Below you can find an article about contactless payments, written for ICT Business by Zdravko Barec, Sales Solution Specialist at Payten.
In 2017, retail sales reached $ 2.3 billion, an increase of 24.8% over the previous year. A surge in mobile purchases is a major factor in such a large growth, and it is estimated that around 58.9% of Internet purchases were made through mobile devices.
Global retail sales in 2017 amounted to $ 22.64 billion, from which it follows that e-retail sales accounted for over 10% of all retail sales worldwide.
Card payment fraud risk grows proportionally with an increase in online sales volumes. Specifically, during online card transactions merchants are not able to check the client's identity, while in a brick-and-mortar shop they can do it through PIN or signature verification. In other words, whoever has the PAN (Primary Account Number, i.e. payment card ID number), the card expiration date and the control number from the back of the card can make online payments with the card instead of the
genuine cardholder. This data is printed on the payment card, and is exposed to anyone who sees you take the card out of your wallet and pay with it. When card payment fraud happens, both the issuer and the merchant are in for a painstaking process of recovering their funds, at the end of which at least one of the said parties suffers a loss.
Today there are many solutions to this problem, the most effective one being the 3D Secure standard. This standard requires additional authentication from the client at the time of online payment confirmation. Depending on the implementation efforts on the issuer's side, the client uses one of the three possible options to authenticate – a one-time password generated on their token device (an appropriate app installed on their smartphone), a one-time password received in a text message on their phone or the static password known only to the cardholder. It is however important to note that the last option is being gradually phased out by the big card schemes, since it has not been proven secure.
The current 3D Secure standard dates back to year 2001, when it was first introduced. The standard was created under the assumptions in place at that time – the e-commerce share in the global retail sales turnover was insignificant, the Internet was used only on personal computers, while smartphones and other smart devices we use today, such as smart watches, did not exist at all. This standard was good enough for the needs back then, it provided high security for online payments
and a precisely defined accountability policy in case of fraud, and for that reason it was adopted by all major card schemes (VISA, MasterCard, American Express, Diners, Discover, etc.). Nevertheless, the standard itself was intended for e-commerce conducted from the desktop of personal computers, but it has not been optimised for mobile devices and mobile apps used by many merchants today, and, considering the current circumstances, the authentication process is rather slow and complicated, while, depending on the implementation, it can require memorising additional passwords which are not always available to us, in particular when we make our purchases using a mobile device in public places.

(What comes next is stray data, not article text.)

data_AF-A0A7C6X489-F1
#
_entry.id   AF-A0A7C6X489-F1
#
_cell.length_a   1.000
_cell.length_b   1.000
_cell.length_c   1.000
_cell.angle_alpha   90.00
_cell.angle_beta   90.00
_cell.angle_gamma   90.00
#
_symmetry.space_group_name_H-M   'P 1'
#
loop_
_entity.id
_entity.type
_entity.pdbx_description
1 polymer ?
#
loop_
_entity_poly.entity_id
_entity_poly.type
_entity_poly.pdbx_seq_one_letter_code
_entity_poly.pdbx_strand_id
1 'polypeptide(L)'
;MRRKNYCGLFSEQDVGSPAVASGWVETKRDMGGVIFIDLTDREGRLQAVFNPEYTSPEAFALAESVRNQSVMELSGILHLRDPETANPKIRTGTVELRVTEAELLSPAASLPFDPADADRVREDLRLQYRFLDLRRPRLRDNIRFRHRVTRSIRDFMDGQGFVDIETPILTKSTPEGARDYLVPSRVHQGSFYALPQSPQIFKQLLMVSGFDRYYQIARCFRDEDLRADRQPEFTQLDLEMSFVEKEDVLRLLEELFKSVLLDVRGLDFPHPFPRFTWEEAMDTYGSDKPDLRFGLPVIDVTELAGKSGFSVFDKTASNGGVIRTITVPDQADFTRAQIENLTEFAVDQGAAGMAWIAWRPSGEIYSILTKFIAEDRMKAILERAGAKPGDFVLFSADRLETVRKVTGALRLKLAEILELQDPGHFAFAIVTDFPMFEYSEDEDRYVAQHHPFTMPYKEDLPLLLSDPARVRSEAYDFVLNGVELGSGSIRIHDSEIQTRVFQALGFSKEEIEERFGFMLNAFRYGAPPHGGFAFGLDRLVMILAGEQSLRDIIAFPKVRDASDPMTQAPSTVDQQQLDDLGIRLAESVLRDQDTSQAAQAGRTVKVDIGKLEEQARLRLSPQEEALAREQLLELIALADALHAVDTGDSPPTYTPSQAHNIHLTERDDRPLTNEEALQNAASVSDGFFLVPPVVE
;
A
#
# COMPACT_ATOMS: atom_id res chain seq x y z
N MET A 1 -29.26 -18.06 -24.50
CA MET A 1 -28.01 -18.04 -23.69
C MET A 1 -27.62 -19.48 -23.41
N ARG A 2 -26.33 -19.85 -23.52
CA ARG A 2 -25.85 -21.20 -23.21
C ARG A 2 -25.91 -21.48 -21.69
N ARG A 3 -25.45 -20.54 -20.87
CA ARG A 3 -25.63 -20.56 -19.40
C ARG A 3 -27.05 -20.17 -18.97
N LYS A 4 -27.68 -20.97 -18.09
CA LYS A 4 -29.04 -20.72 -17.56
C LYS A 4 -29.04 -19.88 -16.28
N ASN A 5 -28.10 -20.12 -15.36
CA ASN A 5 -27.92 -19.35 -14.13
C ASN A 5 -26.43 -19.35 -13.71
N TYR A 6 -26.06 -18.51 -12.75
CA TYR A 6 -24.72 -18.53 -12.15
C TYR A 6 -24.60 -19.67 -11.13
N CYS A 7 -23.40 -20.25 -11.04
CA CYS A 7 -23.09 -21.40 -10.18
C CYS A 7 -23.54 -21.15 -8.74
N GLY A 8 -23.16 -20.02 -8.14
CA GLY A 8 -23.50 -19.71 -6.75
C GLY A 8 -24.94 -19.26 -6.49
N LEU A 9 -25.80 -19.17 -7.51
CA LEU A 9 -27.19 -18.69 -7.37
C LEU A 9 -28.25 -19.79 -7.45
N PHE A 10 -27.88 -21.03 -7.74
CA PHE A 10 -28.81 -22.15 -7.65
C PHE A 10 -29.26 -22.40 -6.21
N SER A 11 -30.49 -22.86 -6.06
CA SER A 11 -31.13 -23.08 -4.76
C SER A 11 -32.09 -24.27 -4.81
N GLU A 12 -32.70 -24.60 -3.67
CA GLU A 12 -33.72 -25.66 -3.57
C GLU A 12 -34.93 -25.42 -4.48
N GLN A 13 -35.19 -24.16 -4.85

Issuers are to decide whether they want to use this standard or take responsibility for potential fraud. The same goes for merchants. 40 percent of merchants across the globe use 3D Secure today, and it is most commonly accepted in Europe.
The payment card industry has become aware of the fact that the existing standard meets too much consumer resistance, and, among other things, it causes a high shopping cart abandonment rate.
Furthermore, all abovementioned challenges burden 3D Secure heavily, especially if we take into consideration the fact that the share of online payments made via mobile devices will soon soar above 60 percent of the total online payments. With that in mind, EMVco, the organisation which defines payment card standards, has prepared a new version of the 3D Secure standard, with the objective to offer a better customer experience to clients, i.e. cardholders.
The new standard offers the possibility of authenticating the cardholder without his involvement, through advanced risk assessment systems, which, based on the client's past purchasing habits, can confirm for certain whether the purchase is being made by the cardholder. Other significant advantages of the new standard include its optimisation for mobile phone use, compatibility with merchants' mobile apps, and the use of biometrical authentication, such as fingerprint or face recognition.
In the coming year VISA and MasterCard will make the use of the new standard compulsory for all merchants and issuers in the EU that handle these card organisations’ payment cards on a daily basis, while other card schemes are expected to enforce similar regulations soon.
If your bank has implemented the 3D Secure online payments, it is absolutely certain that the bank uses either the initial or the upcoming new version of the standard, but you, as the client, will experience a remarkable ease of use, if the bank has already begun to use the new version of the standard.